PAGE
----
Red Lentil and Butternut Squash Soup
(a crock pot recipe that makes 8-10 servings)

10 cups broth (I use low sodium - by the way, how big is your crock pot?)
a bag of frozen chicken breasts – and olive oil (large bag - approx 8-9 breasts / 3lb?)
a bunch of scallions

olive oil
1 onion sliced
1/2 can light coconut milk *
1 tbs garam masala ** (mine was old)
1 tsp red madras curry
1 tsp cumin
2 cups red lentils (added in last - cooked for about 2-3 hours, tasting for doneness)
salt (I added 1 tsp - I'm very sensitive to salt. I'd suggest 3 tsp for normal people)

* The coconut milk was great. If I were to remake, I'd add the whole can.
** My garam masala was quite old. But even if it were fresh I would still try the entire tablespoon. I bet it would be awesome. But if you are wary of that, you could go with 1.5 teaspoons.

Okay, if I were making this today, all in one day, this is what I would do.

Put the crock pot on high and add the broth, the coconut milk, the cut up butternut squash, and the spices.

Cut up the chicken in to small pieces or slices. Sautee them and them in 1-2 tablespoons of olive oil and add them into the crock pot.

Back in the sautee pan, turn the flame on medium-high, add 1-2 tablespoons of olive oil, heat it up, and add the sliced onions. Sautee them till golden brown and then add them to the crock pot. Leave the crock pot on high for 1/2 hour to an hour. Then turn it to low for a good long time. Geeze, this is where I had it on low for about 6-8 hours and then put it in the fridge overnight.

The lentils don't need as long to cook. Red lentils will take between 1-2 hours to soften on low.

Then you have a delicious, hearty, comforting fall soup. If you put it in the fridge, you'll probably need to add more broth, it gets very thick overnight, and the crock pot can only hold so much liquid.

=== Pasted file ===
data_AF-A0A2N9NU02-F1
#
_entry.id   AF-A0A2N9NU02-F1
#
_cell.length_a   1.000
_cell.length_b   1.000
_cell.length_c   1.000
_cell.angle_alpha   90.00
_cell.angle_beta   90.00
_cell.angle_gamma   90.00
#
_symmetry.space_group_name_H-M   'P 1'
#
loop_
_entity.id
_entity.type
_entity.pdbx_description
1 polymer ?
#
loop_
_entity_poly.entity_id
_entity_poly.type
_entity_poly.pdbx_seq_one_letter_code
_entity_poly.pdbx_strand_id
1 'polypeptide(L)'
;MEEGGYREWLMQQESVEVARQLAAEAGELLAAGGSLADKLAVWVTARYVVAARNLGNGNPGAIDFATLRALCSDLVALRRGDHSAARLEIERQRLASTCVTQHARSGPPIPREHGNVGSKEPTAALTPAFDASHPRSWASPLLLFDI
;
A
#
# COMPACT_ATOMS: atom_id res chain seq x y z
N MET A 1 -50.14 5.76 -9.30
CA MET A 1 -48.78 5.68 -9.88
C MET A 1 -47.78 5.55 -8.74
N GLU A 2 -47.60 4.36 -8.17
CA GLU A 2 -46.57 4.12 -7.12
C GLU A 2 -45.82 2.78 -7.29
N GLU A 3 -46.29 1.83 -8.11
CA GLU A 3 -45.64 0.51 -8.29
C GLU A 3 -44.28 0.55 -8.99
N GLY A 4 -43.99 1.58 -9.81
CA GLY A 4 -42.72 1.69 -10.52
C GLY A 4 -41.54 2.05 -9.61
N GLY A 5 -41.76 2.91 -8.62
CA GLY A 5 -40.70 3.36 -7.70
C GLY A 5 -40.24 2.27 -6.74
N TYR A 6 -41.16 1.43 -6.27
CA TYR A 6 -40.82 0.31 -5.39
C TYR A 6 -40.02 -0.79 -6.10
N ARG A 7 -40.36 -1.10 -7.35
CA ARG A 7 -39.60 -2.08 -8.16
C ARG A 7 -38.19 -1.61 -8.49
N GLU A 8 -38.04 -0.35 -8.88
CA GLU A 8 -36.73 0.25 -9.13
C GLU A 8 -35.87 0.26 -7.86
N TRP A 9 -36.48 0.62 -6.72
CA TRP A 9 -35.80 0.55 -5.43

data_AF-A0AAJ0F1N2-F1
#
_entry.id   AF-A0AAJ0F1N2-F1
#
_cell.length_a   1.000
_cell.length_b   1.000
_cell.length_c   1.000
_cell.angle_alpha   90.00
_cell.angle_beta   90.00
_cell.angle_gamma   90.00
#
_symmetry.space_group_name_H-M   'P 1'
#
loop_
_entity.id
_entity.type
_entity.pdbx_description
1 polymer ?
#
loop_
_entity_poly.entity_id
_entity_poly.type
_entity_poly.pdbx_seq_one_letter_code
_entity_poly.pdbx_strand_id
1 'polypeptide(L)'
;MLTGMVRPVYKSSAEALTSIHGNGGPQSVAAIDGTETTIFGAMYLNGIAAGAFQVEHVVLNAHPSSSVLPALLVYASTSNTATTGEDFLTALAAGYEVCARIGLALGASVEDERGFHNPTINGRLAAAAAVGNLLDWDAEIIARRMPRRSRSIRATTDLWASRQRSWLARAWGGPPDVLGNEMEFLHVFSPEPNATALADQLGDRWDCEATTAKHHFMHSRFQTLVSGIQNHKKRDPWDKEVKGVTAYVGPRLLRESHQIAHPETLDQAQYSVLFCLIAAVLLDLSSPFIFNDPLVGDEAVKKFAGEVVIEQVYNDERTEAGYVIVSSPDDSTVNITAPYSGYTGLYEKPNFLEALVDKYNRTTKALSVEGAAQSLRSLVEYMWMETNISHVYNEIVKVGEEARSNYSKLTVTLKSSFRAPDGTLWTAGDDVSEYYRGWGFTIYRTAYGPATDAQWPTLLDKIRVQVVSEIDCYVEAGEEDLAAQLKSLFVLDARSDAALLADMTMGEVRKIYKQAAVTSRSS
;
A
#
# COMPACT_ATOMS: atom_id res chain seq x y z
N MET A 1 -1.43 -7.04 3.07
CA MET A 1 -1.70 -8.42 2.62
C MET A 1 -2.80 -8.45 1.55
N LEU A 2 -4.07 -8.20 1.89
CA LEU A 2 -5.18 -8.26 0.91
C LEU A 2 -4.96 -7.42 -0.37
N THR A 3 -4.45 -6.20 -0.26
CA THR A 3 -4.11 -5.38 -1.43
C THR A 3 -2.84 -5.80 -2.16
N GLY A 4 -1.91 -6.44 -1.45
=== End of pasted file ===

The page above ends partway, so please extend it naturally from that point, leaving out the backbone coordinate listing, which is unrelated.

Red Lentil and Butternut Squash Soup

A comforting, hearty, fall soup.

See Red Lentil and Butternut Squash Soup on Key Ingredient.

Thursday, August 27, 2009

Blueberry Pie

This pie rocks! It was the best blueberry pie I've ever had! I'm super proud to have made it!

That's pretty impressive since I almost never have the opportunity to make a pie. It's been years since I've made a pie, and I've never made a blueberry one. So I'm patting myself on the back and saying "good girl, Meryl."

Why, do you ask, do I never get to make pies? To begin, it's just Joe and I (and the dogs), and we struggle with weight issues. So the last thing we need around here is an entire pie sitting on the counter top. And during all the holidays when people make pies, all the pies are spoken for by other members of the family. The one or two times that I tried to add to the repertoire of pies, my pies were practically untouched, so I gave up. Perhaps I lost my pie-baking confidence as well. So, I just don't make them.

I bought this Longaberger pie plate from my friend Karen about 4 years ago, and up until last Sunday, I hadn't used it yet:

But last Sunday we were invited to a friend's for brunch. She was going to make a peach pie for dessert, and that was very nice of her! But knowing that Joe wouldn't have touched it with a 10-foot pole, I offered to make a blueberry pie (blueberry is Joe's favorite pie).